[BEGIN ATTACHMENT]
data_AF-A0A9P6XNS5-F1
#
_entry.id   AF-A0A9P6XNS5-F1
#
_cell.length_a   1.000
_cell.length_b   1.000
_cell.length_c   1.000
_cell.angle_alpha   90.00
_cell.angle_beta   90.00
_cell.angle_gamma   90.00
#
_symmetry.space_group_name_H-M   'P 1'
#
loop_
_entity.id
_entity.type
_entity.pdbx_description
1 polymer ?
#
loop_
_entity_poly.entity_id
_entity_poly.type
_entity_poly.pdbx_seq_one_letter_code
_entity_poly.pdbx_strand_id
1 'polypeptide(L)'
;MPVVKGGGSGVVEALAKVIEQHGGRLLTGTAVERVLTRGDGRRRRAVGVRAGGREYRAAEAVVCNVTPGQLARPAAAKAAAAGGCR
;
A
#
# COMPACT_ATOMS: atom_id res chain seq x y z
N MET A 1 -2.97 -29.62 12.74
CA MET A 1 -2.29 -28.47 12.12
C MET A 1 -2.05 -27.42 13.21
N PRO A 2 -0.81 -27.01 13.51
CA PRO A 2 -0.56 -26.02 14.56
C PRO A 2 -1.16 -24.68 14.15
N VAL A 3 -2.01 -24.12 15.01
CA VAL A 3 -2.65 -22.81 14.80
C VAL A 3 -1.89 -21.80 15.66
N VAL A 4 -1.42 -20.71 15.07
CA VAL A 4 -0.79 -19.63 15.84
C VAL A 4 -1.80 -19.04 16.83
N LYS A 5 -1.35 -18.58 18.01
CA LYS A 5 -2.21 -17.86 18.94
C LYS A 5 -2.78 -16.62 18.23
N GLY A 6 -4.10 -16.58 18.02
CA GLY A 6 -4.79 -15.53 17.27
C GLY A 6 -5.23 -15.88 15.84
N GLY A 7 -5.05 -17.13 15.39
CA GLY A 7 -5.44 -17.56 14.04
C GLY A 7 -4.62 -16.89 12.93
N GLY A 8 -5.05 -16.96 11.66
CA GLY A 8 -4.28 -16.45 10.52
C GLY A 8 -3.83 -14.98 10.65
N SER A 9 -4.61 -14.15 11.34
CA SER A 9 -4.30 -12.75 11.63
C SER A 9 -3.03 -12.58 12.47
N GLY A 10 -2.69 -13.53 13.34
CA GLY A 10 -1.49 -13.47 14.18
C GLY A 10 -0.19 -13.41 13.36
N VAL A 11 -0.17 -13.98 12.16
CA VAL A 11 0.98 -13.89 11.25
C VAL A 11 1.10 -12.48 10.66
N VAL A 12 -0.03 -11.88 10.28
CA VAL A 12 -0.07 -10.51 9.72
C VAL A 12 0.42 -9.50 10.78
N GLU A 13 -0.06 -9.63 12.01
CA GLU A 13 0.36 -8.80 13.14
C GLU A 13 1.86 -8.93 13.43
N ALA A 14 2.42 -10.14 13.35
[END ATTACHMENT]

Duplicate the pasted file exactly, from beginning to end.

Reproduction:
data_AF-A0A9P6XNS5-F1
#
_entry.id   AF-A0A9P6XNS5-F1
#
_cell.length_a   1.000
_cell.length_b   1.000
_cell.length_c   1.000
_cell.angle_alpha   90.00
_cell.angle_beta   90.00
_cell.angle_gamma   90.00
#
_symmetry.space_group_name_H-M   'P 1'
#
loop_
_entity.id
_entity.type
_entity.pdbx_description
1 polymer ?
#
loop_
_entity_poly.entity_id
_entity_poly.type
_entity_poly.pdbx_seq_one_letter_code
_entity_poly.pdbx_strand_id
1 'polypeptide(L)'
;MPVVKGGGSGVVEALAKVIEQHGGRLLTGTAVERVLTRGDGRRRRAVGVRAGGREYRAAEAVVCNVTPGQLARPAAAKAAAAGGCR
;
A
#
# COMPACT_ATOMS: atom_id res chain seq x y z
N MET A 1 -2.97 -29.62 12.74
CA MET A 1 -2.29 -28.47 12.12
C MET A 1 -2.05 -27.42 13.21
N PRO A 2 -0.81 -27.01 13.51
CA PRO A 2 -0.56 -26.02 14.56
C PRO A 2 -1.16 -24.68 14.15
N VAL A 3 -2.01 -24.12 15.01
CA VAL A 3 -2.65 -22.81 14.80
C VAL A 3 -1.89 -21.80 15.66
N VAL A 4 -1.42 -20.71 15.07
CA VAL A 4 -0.79 -19.63 15.84
C VAL A 4 -1.80 -19.04 16.83
N LYS A 5 -1.35 -18.58 18.01
CA LYS A 5 -2.21 -17.86 18.94
C LYS A 5 -2.78 -16.62 18.23
N GLY A 6 -4.10 -16.58 18.02
CA GLY A 6 -4.79 -15.53 17.27
C GLY A 6 -5.23 -15.88 15.84
N GLY A 7 -5.05 -17.13 15.39
CA GLY A 7 -5.44 -17.56 14.04
C GLY A 7 -4.62 -16.89 12.93
N GLY A 8 -5.05 -16.96 11.66
CA GLY A 8 -4.28 -16.45 10.52
C GLY A 8 -3.83 -14.98 10.65
N SER A 9 -4.61 -14.15 11.34
CA SER A 9 -4.30 -12.75 11.63
C SER A 9 -3.03 -12.58 12.47
N GLY A 10 -2.69 -13.53 13.34
CA GLY A 10 -1.49 -13.47 14.18
C GLY A 10 -0.19 -13.41 13.36
N VAL A 11 -0.17 -13.98 12.16
CA VAL A 11 0.98 -13.89 11.25
C VAL A 11 1.10 -12.48 10.66
N VAL A 12 -0.03 -11.88 10.28
CA VAL A 12 -0.07 -10.51 9.72
C VAL A 12 0.42 -9.50 10.78
N GLU A 13 -0.06 -9.63 12.01
CA GLU A 13 0.36 -8.80 13.14
C GLU A 13 1.86 -8.93 13.43
N ALA A 14 2.42 -10.14 13.35